How Jane’s Addiction Frontman Perry Farrell Is Getting Philanthropic This Holiday Season

Jane's AddictionPhoto Credit: Jane’s Addiction

Jane’s Addiction frontman and Lollapalooza co-founder Perry Farrell wants to make the holidays a little merrier for those living with cancer. On Friday, December 8th, the legendary rock band will headline the Rhonda’s Kiss Los Angeles Concert Event at the Palladium in Los Angeles, which will benefit the Cedars-Sinai Samuel Oschin Comprehensive Cancer Institute and further the mission of Rhonda’s Kiss, supporting programs to assist cancer patients in need, and helping those who receive a cancer diagnosis make ends meet during treatment.

The non-profit pays homage to Rhonda Stefanski, who was diagnosed with Stage IV Pancreatic Cancer. While Rhonda lost her battle in November 2014, one of the gifts she left is the organization, which realizes that most cancer patients are not as fortunate as Rhonda to obtain the necessary treatments, see the finest doctors, and be treated in the best facilities. During the last two years, Rhonda’s Kiss committed nearly $1 million to cancer patients in need through our relationships with hospitals around the country.

“It’s the holidays, the perfect time to be looking around for gifts,” Farrell tells us, before adding, “Maybe it’s the time to stretch yourself. One of the best gifts you can give is to come to the show at the Palladium, which is a really great place, a hot bed for musicians. The size of the venue makes us a little crazier. The feeling inside of the Palladium is very free, and it’s probably going to be a great show from us.” Here the rocker shares why he’s affiliated with the charity and what surprises are in store as he gets ready, once again, to rock.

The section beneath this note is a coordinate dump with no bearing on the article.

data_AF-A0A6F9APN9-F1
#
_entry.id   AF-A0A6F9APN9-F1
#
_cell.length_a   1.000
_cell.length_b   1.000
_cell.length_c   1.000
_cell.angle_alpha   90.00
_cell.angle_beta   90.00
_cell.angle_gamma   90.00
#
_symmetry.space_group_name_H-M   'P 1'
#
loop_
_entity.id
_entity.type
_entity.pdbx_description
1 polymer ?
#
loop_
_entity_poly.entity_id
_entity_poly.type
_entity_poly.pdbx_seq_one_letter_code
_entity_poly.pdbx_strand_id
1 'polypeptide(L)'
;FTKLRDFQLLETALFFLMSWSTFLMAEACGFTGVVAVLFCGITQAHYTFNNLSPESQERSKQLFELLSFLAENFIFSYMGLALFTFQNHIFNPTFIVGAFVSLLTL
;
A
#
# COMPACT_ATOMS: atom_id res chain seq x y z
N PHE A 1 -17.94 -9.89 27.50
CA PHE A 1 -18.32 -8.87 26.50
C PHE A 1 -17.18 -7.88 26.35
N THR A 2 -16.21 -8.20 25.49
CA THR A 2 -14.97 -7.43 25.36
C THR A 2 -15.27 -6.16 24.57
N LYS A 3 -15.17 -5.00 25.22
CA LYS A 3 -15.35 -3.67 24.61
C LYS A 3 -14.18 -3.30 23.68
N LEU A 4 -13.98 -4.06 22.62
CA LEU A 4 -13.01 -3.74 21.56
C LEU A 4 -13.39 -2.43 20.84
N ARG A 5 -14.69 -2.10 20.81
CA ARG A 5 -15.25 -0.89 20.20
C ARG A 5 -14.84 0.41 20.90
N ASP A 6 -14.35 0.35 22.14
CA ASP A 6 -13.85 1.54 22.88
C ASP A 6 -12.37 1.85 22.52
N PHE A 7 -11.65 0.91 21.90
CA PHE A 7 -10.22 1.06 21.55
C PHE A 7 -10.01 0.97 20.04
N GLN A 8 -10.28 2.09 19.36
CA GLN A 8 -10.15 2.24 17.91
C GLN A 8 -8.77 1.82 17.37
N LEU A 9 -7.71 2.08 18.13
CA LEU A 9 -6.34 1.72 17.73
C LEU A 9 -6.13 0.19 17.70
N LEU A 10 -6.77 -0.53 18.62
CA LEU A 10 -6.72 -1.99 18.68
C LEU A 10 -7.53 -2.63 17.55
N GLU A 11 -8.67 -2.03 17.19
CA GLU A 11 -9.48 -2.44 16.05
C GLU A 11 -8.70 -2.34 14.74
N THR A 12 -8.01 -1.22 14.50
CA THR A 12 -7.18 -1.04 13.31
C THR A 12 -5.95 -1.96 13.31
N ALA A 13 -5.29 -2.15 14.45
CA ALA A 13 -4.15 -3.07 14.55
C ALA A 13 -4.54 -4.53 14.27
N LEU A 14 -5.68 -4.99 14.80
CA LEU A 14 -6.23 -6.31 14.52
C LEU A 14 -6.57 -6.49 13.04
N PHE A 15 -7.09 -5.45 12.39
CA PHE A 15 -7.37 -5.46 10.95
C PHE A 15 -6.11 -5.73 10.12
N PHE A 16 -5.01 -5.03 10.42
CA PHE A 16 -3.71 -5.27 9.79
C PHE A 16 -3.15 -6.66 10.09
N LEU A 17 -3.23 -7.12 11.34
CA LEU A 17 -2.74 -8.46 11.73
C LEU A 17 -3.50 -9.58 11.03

Why did Jane’s Addiction decide to support Rhonda’s Kiss?
The family that does Rhonda’s Kiss have been friends of ours for a long time, but it was Christine and Gabe Kushner [of Velvet Revolver] that approached us to do it. I liked their charitable angle, to be honest with you. Cancer touches everyone’s lives. I don’t know anyone who hasn’t been touched adversely by the disease of cancer at some point in their life. There are people trying to cure it—scientists and doctors—but there’s another aspect to the disease. When people get cancer and get treatment how do they pay their bills, their food, their mortgages…What’s great about Rhonda’s Kiss is that when a person gets sick, they’ve been kind enough to consider, how will that person keep their home going when they’re going through treatment. Their angle is how to pay for a person’s life, how to keep their life going as they go through treatment. They don’t pay for the treatment, but they do pay for the other things that you don’t really think about, and those things can be overwhelming. What do you do? You’re going through chemotherapy but you’re so worried because you can’t pay your bills. I thought this was a unique way to look at helping people. It stood out to me.

Do you have a personal experience with a friend or family member that went through cancer treatment?